Losing someone you love changes you forever. The resulting grief is unfortunately a common experience that all people face. Complicated grief is the inability to adjust to the loss.
Most people that experience normal grief have an intense period of sorrow and numbness. They may even feel guilty and angry. When grief has a natural progression these feelings eventually begin to ease. Over time it becomes possible to gain some acceptance of the loss. And that allows the person to move forward.
For some people, feelings of loss are totally debilitating. And it never gets better. The deep emotions continue, even after time passes. This unresolved grief is referred to as “complicated grief.” Or it is also known as a “persistent complex bereavement disorder”.
In complicated grief, pain and hopelessness is severe. The despondency could even result in suicidal feelings. The person experiencing loss is unable to recover. And finds it impossible to resume their life at a functional level.
Different people follow different paths through the grieving experience. The order and timing of those phases may vary from person-to-person. And the variations and differences are normal.
Five Stages of Grief
Steps to Healing
Acceptance-At some point you must be able to understand the truth of your loss. At that time you will have gone through the five stages of grief.
Feel Your Feelings– Rather than feeling numb or self medicating you feel and experience the pain of your loss.
Adjust Your Life– Adjusting to a replacement reality with the understanding the deceased is not any longer present
Have a Support Group– Having other relationships with friends and family is a key. The close connections with other people allow you to return to the new reality of your life.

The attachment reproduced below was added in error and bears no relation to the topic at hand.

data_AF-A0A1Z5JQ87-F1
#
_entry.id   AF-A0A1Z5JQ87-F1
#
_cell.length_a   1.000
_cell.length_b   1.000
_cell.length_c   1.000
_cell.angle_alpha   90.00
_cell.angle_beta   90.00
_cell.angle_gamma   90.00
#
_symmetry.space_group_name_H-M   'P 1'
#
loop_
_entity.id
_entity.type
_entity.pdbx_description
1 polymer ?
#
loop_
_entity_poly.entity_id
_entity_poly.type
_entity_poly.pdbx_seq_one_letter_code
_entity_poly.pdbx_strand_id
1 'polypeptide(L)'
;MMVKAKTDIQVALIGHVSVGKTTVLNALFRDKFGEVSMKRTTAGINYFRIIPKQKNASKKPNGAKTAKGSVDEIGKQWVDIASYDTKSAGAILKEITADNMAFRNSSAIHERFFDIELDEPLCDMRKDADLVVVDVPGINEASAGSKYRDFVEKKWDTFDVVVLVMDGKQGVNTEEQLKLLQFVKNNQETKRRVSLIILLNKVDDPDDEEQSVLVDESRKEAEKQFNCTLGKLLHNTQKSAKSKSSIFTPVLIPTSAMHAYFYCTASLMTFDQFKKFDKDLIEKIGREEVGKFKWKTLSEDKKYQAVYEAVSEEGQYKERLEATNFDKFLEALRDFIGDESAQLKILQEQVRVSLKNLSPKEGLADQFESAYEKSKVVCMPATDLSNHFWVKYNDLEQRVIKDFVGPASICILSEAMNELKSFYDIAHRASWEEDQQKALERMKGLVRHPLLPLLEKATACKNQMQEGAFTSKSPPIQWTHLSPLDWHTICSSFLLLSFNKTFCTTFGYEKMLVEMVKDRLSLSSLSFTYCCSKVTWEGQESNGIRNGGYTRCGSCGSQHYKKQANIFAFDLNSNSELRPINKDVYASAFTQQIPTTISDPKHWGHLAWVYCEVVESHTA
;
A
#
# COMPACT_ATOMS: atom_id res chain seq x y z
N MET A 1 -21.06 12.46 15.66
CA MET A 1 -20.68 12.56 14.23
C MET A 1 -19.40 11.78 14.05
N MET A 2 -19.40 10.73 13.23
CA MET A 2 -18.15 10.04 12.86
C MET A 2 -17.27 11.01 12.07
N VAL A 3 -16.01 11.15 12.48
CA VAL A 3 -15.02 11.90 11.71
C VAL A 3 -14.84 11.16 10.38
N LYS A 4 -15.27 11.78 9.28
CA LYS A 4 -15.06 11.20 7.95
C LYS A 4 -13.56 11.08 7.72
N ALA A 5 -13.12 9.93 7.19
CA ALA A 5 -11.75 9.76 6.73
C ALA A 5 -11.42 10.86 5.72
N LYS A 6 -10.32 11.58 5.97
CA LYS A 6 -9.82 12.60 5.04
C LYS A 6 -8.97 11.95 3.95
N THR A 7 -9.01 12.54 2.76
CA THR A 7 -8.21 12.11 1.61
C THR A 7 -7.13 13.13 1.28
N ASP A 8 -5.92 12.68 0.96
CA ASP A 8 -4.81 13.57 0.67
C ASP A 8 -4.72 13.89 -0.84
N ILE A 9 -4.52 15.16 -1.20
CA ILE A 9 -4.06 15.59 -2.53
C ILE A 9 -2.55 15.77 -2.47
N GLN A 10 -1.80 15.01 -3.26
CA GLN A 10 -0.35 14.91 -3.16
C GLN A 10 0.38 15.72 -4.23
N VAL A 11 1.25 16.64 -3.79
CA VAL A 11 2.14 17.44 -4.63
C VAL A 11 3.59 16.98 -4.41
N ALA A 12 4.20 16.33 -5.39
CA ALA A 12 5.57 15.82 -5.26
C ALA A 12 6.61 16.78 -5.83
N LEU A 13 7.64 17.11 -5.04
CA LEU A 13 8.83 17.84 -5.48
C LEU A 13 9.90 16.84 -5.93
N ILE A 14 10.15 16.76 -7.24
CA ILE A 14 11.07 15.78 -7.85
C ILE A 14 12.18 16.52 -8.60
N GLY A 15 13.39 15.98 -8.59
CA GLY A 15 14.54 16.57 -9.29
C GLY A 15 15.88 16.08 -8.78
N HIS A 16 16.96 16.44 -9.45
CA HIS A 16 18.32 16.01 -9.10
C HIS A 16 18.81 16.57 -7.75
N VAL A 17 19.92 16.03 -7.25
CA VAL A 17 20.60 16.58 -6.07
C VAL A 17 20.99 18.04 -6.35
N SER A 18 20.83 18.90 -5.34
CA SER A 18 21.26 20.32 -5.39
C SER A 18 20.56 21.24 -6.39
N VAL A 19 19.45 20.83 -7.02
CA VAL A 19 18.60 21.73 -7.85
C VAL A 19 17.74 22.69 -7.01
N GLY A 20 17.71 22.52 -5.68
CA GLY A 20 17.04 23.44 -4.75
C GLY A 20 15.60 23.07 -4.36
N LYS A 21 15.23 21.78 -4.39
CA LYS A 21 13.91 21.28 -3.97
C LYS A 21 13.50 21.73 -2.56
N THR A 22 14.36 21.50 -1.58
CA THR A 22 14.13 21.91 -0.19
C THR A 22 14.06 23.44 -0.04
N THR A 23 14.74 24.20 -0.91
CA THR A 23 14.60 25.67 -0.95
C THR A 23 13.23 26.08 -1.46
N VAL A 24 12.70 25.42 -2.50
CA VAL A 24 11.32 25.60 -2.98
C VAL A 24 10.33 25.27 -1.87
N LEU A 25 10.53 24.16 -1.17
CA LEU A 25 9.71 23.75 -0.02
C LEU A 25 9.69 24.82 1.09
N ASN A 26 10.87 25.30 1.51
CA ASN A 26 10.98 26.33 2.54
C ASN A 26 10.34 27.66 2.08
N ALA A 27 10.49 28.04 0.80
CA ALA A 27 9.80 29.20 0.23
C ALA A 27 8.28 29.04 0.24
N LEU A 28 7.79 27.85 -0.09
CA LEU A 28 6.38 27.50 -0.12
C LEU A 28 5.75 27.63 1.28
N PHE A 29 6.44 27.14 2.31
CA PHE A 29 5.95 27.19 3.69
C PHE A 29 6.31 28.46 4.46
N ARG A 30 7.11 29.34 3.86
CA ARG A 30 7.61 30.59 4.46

Get Help- If you’re unable to maneuver through these stages after 12 to 18 months, you probably have a complicated grief. If so, seek treatment. It can assist you come to terms together with your loss and reclaim a way of acceptance and peace.
Immediately after a loss, many experience devastation. For several months, the signs and symptoms of normal grief are deep. Actually, it is how long you experience that determines if it is complicated grief. While normal grief symptoms start to fade, complicated grief lingers. Complicated grief is a heightened state. And a prolonged state of mourning that blocks all healing.
Signs and Symptoms of Complicated Grief
- Intense sorrow, pain and rumination over the loss of your beloved
- Focus remains on your loved one’s death
- Inability to reconnect relationships; including with children,friends and close family members
- Constantly focused on all reminders of the beloved or even excessive avoidance of memories or reminders
- Intense and protracted longing or pining for the deceased
- Problems accepting the death
- Numbness or detachment
- Bitterness about your loss
- Feeling that life holds no meaning or purpose
- Lack of trust in people
- Inability to enjoy life or remember positive experiences with the one you lost
Complicated grief also could also be indicated if you continue to:
- Have trouble completing normal routines
- Isolate from others and withdraw from social activities
- Experience depression, deep sadness, guilt or self-blame
- Believe that you simply did something wrong or could have prevented the death
- Feel life isn’t worth living without the person you lost
- Wish you had died alongside your beloved